Finally, a Transformers film that I wanted to rewatch for myself, and to show to my sons. With Bumblebee, out of the heavy-handed, robot-smacking control of Michael Bay [seriously, Bad Boys, The Rock, etc. are awesome, but his Transformers films not so much], Travis Knight (Kubo and the Two Strings) takes our favorite yellow robot and makes him… amazing.
While the TV shows have always focused on the collaborative integration of the robots and the humans who loved them, the earlier Transformers films seem devoid of humanity … from the robots. With Knight directing from a script by up-and-coming screenwriter Christina Hodson, the characters seem genuinely engaging in the midst of a world completely articulated as a representation of 1987.
Hailee Steinfeld is the human teenager Charlie who befriends the Volkswagon Bug/Bumblebee. She’s rebellious and grief-ridden at the loss of her father; she can’t do things she once loved like diving because of the pain she’s experienced. Seemingly, everyone else has moved on, to explore better things, and Charlie can’t understand why she feels that way when no one else does.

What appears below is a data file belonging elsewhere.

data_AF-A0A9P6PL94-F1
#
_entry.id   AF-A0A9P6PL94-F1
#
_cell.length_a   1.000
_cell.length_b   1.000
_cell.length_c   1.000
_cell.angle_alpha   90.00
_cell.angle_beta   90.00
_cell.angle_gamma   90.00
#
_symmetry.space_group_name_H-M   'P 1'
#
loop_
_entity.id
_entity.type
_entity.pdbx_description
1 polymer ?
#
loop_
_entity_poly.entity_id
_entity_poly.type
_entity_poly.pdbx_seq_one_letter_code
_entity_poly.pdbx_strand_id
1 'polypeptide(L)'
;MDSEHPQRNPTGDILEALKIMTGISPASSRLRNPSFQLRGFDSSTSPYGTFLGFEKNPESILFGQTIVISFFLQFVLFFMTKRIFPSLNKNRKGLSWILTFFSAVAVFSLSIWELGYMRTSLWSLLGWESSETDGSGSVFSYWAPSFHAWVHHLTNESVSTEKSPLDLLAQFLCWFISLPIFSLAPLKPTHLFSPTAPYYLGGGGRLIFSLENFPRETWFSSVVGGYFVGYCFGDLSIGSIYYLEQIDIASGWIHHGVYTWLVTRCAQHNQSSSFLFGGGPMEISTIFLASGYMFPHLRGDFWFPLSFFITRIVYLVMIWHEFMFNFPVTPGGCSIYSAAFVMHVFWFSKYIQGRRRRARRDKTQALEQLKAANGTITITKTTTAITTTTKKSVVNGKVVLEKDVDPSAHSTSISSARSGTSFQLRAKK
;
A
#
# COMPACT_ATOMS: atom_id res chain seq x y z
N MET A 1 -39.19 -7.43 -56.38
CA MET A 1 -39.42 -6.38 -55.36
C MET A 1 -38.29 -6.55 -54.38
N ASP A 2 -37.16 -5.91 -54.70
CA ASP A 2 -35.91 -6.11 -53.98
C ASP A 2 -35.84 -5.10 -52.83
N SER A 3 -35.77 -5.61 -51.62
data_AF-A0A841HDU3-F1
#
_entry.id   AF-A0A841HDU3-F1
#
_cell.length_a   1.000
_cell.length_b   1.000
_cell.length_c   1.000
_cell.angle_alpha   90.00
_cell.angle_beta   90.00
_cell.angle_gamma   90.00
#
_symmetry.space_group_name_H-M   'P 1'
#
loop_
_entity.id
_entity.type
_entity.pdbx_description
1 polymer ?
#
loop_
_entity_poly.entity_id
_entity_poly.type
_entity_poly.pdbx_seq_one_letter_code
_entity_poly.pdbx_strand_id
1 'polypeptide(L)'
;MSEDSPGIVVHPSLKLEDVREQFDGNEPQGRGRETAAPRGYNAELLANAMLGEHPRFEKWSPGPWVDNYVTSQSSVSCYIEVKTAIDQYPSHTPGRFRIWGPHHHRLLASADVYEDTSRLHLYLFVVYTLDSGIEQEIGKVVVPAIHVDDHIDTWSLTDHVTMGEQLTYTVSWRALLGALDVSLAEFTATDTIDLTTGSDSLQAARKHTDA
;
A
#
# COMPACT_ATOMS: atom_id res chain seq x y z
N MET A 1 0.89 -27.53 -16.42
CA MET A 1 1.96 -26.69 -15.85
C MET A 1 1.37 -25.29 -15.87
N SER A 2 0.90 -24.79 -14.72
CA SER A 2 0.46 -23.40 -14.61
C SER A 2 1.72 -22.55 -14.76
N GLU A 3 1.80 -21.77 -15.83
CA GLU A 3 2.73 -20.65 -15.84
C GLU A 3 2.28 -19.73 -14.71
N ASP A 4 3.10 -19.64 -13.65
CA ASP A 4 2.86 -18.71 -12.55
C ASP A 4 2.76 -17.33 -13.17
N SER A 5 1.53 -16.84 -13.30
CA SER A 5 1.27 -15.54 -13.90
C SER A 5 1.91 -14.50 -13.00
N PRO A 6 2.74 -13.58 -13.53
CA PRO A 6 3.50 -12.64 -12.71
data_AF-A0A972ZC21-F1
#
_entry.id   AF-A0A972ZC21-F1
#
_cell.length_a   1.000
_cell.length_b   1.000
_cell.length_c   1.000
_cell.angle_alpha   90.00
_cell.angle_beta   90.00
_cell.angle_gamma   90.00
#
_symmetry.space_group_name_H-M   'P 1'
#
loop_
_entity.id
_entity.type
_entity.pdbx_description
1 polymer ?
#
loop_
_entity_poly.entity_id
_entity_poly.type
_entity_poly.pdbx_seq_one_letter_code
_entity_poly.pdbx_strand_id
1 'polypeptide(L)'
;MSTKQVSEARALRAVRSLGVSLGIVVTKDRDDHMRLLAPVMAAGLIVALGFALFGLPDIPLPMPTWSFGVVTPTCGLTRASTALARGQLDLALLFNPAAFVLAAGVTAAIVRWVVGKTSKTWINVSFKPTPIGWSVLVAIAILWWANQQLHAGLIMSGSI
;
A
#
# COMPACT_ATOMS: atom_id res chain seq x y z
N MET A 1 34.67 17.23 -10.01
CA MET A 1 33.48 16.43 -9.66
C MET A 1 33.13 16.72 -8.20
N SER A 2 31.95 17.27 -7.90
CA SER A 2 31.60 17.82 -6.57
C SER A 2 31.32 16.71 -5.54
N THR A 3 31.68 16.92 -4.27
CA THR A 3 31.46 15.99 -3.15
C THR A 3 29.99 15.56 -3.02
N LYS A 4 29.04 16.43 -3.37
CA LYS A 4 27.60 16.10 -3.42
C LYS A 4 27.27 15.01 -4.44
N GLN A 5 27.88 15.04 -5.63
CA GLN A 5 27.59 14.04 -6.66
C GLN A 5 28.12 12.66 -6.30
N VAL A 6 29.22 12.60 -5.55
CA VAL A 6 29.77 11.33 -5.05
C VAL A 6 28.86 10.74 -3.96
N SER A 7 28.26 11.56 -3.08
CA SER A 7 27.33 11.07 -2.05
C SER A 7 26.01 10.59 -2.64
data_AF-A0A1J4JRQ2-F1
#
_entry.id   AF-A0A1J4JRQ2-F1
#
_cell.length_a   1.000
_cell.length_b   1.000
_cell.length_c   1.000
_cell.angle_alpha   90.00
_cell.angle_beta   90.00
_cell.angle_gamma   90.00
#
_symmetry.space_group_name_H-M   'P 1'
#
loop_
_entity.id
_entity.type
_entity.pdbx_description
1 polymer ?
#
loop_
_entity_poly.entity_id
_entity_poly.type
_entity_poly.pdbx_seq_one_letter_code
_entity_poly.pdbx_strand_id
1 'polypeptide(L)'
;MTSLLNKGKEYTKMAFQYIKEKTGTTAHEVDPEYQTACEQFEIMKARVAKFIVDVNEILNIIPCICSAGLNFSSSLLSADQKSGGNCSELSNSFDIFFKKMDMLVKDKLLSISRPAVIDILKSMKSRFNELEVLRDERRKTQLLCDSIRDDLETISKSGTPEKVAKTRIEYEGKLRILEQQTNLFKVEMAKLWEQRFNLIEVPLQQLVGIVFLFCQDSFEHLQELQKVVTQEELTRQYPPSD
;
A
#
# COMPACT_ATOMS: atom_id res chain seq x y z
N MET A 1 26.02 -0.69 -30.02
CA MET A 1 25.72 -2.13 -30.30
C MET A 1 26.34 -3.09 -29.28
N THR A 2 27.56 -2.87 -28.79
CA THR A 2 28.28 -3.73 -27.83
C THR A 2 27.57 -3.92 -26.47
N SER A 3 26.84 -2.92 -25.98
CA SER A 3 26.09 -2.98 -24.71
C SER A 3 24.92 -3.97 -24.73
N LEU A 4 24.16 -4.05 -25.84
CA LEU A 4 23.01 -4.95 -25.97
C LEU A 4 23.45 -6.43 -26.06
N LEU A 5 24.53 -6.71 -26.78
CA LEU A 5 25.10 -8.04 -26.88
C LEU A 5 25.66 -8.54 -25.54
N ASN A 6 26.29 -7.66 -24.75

While Jack Burns (John Cena) is the military muscle coming after Bumblebee after he crash lands on Earth, the real baddies are Shatter and Dropkick (Angela Bassett and Justin Theroux), the two Decepticons sent out to destroy Bumblebee. Thankfully, Charlie and Bumblebee aren’t alone – they still have Charlie’s neighbor Memo (Jorge Lendeborg, Jr.), a smart young man infatuated with Charlie. Together, the trio of young heroes will stand against evil – even if the people they stand for don’t understand them.
Nostalgic, funny, romantic, and adventurous, Bumblebee proves to be the kind of film that Transformers fans needed. It’s the one to restore the hope in the spirit of these good, brave robots that we loved as kids – and now our kids will love, too. Bumblebee is heroic, pure of heart, and a true friend. He’s a hero, and kids will end up wanting to be just like him.
Special features include over an hour of bonus content, including deleted scenes and outtakes. But it also includes an animated motion comic, “Bumblebee’s Next Adventure,” and a hard copy comic book, “Sector 7 Adventures: The Battle at Half Dome.” Autobots, rejoice!